Political News

6 takeaways from CNN's latest national poll on 2020

Posted January 22, 2020 12:14 p.m. EST

— The latest CNN/SSRS national poll testing the Democratic primary and the general election is out, and it's a barnburner of a poll. Vermont Sen. Bernie Sanders rose to his highest level ever in CNN Democratic primary polling and is in a top tier with former Vice President Joe Biden. President Donald Trump is in trouble for reelection nationally -- but he is in a better position in the battleground states.

Let's get into some more details.

1. Bernie? Bernie!

The biggest takeaway from our new poll has to be that Sanders is at 27% compared to Biden's 24% among potential Democratic primary voters. That's within the margin of error, and based on the averages Biden is still ahead (see also Monmouth University). What's important here, though, is the trendline in Sanders' support. He'd been consistently stuck in the teens prior to hitting 20% last month. Now, he's well above that at 27%. For those thinking there might be a ceiling to Sanders' support, this argues otherwise.

2. Sanders upward trajectory is seen in other polling

Although the CNN/SSRS poll is a gold standard pollster (e.g. calling cell phones and using live interviews), even the best of polls sometimes get fluky results. Sanders, though, is hitting his point since his post-announcement bump in the average poll too (e.g. Monmouth). He's above 20% in the average poll. So even if our poll is on the higher end for Sanders, the trendline is clear.

3. Sanders support crosses racial lines

About 40% of Democratic primary voters are nonwhite and somewhere around 20% are black. Most challengers to Biden have lacked support in this group. Sanders, though, is more than holding his own among nonwhite voters. He's at 30% with nonwhite voters, compared to 24% among white voters. Our poll's black voter population is small, though it is large enough to say that it doesn't differ significantly from nonwhite voters as a group. A Quinnipiac University poll earlier this month showed something similar.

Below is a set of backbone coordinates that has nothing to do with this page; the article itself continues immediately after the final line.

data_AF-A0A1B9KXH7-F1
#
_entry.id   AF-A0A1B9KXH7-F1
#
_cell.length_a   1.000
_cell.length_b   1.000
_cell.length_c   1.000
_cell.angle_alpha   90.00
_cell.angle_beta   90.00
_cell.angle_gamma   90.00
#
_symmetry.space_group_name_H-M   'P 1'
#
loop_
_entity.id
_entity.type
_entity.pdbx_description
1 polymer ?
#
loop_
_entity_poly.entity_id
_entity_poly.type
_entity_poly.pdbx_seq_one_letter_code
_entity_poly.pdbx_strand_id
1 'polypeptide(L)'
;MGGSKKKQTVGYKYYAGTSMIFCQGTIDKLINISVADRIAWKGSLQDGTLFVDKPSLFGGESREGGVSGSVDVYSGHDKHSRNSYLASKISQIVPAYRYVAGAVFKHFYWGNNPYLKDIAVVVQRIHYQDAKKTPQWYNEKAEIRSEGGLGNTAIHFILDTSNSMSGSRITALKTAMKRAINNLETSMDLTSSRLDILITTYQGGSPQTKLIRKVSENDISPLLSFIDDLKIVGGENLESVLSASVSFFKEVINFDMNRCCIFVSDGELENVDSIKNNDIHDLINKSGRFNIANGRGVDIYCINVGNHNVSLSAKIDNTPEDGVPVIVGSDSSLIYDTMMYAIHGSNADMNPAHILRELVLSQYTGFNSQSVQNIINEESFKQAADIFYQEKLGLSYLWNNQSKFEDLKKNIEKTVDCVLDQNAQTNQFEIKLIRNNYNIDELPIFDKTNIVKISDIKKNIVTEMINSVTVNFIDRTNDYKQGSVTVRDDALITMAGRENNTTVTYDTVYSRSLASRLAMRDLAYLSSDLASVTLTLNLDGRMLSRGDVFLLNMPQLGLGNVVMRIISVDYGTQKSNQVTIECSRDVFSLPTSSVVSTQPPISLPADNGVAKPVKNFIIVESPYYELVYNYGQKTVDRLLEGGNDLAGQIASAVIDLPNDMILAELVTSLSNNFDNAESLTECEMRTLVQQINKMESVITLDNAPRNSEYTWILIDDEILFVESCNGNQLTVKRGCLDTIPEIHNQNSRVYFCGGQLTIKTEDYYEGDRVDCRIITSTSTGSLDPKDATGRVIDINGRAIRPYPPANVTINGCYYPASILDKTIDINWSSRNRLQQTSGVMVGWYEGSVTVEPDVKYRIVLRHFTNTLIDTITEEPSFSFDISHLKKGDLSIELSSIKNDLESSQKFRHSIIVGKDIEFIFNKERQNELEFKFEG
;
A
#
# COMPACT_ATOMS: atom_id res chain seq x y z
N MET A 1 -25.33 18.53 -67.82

4. Democrats united, not divided

Last week's dispute between Sanders and Warren may have left you wondering if Democrats as a whole are divided. Yet 70% or more of potential Democratic primary voters say they be at least satisfied if Biden, Sanders or Massachusetts Sen. Elizabeth Warren got the nomination. Less than 25% would be dissatisfied if any of them got it. Just 10% or less said they be upset if one of the top three got the nomination. For comparison, 19% of potential Republican primary voters said they'd be upset if Donald Trump won the nomination at this point in the 2016 cycle.

5. Trump is in trouble nationally

The President was doing better in our polling last month, which hasn't carried over to this month. He's down 9 points to Biden (it was 5 last month), 7 points to Sanders (4 last month) and 5 points to Warren (1 last month). The two key notes here are that Trump isn't significantly outperforming his own popularity ratings (unlike 2016), and the relative standing of the Democrats to each other versus Trump is about the same. That is, Biden still has the claim of being the "most electable."

6. Democrats have a battleground problem

Look at these same general election matchups in the 15 closest states in 2016. It's Biden 49% to Trump's 47%, Sanders' 49% to Trump's 49% and Trump's 49% to Warren's 48%. All of those are within the margin of error. This follows last month's poll when Trump was doing better in the battlegrounds than overall. It's the same story that we saw in our polling last month. A look at the national picture likely undersells Trump's strength.

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